A. Scheduling phase
In this phase, each node advertises its sensing range to its neighbor nodes and listens to the messages from its neighbors that contain the sensing range of these nodes. The sleep/wake-up mechanism 14 works on the basis of comparing the sensing area of the node with its neighbors. If the sensor node is fully covered by its neighbors, this node goes to sleep without any problem in sensing data to reduce its energy consumption. The sleeping nodes can wake-up when the residual energy of the wake-up nodes is less than the proposed threshold energy by sending wake-up command to sleeping neighbor nodes. The sleeping nodes wake-up and re-enter the self-scheduling phase to make the less energy nodes sleep; at this point another round starts.
B. Clustering phase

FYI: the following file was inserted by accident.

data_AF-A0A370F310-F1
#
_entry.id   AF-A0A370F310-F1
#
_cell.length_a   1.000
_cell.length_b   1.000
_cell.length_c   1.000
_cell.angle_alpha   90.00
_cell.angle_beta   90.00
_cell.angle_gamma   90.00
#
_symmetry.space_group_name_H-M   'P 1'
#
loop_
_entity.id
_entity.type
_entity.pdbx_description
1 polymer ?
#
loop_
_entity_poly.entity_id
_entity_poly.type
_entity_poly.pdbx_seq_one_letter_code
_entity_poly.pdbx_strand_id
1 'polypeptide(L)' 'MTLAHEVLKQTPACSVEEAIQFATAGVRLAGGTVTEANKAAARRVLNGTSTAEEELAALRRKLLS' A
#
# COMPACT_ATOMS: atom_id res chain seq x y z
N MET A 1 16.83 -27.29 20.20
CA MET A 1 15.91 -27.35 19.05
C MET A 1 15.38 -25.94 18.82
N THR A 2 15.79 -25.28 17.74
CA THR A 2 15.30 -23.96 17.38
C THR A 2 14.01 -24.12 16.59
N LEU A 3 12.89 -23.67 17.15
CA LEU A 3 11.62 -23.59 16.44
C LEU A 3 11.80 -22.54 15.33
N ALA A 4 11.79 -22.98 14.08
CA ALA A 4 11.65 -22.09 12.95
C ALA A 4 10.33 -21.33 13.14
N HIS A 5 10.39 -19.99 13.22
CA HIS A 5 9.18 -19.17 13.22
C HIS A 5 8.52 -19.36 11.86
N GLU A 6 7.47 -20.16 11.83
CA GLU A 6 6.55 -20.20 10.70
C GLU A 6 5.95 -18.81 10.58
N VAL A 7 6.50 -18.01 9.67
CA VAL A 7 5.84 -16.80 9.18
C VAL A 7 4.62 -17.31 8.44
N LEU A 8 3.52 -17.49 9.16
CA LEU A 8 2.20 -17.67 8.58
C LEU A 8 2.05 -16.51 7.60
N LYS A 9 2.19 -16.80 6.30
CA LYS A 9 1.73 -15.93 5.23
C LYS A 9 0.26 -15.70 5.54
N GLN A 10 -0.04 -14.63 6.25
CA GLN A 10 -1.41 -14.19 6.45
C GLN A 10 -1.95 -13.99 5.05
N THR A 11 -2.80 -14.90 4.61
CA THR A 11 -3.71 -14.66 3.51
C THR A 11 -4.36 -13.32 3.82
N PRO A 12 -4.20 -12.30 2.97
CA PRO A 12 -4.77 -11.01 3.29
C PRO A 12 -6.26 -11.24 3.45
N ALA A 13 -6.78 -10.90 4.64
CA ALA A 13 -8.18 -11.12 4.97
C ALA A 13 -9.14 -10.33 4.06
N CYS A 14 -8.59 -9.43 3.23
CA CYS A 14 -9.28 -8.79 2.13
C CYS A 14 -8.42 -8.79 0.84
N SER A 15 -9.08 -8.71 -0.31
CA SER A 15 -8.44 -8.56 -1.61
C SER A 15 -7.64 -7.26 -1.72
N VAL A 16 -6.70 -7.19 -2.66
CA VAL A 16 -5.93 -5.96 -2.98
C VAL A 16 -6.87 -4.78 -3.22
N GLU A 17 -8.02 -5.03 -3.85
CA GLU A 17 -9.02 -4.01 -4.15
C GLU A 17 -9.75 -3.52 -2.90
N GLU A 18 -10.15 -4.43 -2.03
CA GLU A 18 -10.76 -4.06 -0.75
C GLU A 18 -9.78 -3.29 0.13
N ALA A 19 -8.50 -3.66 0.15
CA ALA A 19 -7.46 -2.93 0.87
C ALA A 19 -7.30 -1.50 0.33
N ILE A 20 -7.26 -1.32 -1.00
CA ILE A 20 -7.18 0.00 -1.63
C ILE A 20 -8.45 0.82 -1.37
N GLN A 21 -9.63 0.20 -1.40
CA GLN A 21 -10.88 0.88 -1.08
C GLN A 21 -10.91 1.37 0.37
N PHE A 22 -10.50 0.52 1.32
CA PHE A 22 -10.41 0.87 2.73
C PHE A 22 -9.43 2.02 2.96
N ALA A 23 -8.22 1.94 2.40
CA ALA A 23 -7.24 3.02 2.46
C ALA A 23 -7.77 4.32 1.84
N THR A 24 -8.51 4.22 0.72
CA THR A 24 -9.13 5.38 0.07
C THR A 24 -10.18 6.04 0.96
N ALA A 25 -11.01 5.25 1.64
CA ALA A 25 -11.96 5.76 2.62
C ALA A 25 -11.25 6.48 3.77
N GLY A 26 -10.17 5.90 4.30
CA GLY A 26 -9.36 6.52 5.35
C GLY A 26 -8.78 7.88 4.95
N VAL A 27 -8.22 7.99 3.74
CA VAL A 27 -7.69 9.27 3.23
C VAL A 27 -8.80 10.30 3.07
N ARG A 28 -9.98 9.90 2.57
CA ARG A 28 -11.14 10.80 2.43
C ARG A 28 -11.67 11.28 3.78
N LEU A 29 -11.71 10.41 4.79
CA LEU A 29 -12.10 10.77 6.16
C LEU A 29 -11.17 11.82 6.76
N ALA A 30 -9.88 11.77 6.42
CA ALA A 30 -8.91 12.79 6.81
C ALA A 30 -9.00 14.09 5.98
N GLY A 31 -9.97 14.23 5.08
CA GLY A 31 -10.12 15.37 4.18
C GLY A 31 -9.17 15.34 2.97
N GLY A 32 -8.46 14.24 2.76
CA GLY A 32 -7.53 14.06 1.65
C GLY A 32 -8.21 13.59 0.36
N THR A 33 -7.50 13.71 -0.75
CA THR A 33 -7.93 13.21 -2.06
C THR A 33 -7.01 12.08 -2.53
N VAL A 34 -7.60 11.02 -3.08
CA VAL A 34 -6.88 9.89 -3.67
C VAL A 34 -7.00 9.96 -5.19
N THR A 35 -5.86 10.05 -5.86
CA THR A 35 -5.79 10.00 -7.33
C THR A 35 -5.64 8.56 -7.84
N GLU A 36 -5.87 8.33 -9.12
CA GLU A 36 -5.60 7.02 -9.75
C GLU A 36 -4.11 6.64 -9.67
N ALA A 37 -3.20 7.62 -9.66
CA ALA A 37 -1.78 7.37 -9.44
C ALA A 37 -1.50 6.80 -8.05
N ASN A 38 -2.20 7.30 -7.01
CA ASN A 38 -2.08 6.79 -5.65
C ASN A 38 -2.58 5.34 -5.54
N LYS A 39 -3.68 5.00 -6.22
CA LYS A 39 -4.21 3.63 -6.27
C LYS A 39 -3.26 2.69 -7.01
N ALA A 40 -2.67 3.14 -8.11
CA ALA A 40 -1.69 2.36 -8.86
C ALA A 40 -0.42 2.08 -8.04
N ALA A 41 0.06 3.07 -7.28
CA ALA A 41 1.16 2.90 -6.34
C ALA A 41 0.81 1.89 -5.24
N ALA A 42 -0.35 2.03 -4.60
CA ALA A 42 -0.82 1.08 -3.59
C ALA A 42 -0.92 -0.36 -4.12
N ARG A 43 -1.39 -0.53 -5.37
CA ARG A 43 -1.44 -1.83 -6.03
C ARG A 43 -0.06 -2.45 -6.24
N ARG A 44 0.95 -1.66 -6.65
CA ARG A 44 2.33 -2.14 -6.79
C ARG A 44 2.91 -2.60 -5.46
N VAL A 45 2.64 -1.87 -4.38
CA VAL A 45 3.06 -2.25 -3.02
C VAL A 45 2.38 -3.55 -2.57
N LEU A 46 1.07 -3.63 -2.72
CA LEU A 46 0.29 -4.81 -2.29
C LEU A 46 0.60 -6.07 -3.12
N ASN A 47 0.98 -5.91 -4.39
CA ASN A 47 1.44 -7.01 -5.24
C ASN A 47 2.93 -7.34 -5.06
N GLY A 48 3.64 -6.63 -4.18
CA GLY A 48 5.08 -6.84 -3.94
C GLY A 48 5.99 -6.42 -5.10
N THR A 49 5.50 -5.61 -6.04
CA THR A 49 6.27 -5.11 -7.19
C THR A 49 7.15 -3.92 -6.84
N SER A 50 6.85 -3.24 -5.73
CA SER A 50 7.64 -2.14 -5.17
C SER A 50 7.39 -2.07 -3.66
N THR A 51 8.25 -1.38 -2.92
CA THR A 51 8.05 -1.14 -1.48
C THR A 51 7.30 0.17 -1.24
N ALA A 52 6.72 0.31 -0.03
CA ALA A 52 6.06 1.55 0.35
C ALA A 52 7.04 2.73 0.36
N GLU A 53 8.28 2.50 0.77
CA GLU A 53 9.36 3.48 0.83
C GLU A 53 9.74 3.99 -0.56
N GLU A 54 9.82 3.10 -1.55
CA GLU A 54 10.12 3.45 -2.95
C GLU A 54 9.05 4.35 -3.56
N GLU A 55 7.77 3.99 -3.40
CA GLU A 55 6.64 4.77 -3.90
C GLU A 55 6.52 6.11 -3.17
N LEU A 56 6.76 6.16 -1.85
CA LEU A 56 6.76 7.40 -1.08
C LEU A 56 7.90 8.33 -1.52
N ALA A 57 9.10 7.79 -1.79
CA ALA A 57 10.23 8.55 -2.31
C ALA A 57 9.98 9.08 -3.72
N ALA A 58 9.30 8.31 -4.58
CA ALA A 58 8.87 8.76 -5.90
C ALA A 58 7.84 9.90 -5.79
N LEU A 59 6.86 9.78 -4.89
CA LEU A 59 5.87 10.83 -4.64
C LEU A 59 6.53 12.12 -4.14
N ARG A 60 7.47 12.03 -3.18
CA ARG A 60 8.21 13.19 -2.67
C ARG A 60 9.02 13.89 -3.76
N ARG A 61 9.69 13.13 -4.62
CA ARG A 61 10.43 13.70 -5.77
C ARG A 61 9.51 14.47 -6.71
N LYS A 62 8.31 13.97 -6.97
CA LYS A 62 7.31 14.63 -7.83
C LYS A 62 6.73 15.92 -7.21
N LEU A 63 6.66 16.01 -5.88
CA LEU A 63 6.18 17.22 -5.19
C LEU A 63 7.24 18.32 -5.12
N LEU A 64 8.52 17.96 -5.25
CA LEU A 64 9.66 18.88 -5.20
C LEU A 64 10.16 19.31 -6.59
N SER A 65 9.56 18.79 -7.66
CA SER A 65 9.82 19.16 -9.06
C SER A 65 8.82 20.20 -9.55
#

The clustering phase starts once the network is installed to construct a static level of clusters. For each cluster, one CH and a number of CCOs are selected randomly based on the cluster level. The numbers of CCOs depend on the cluster level. Any node can be selected as CH or CCO in which energy is greater than a threshold level. When any CH or CCO consumes energy up to the threshold level, a clustering process is affected and new CH and CCO are selected in each cluster. Then the cluster is organized and the nodes in each cluster send collected data to CH with the help of relay nodes. The CH collects and aggregates data and sends it to the next level cluster and received by the CCO. It is forwarded to the next level CCO in the next cluster. This process continues until the data is forwarded to the base station 12. The flowchart of the proposed protocol is shown in Fig 7.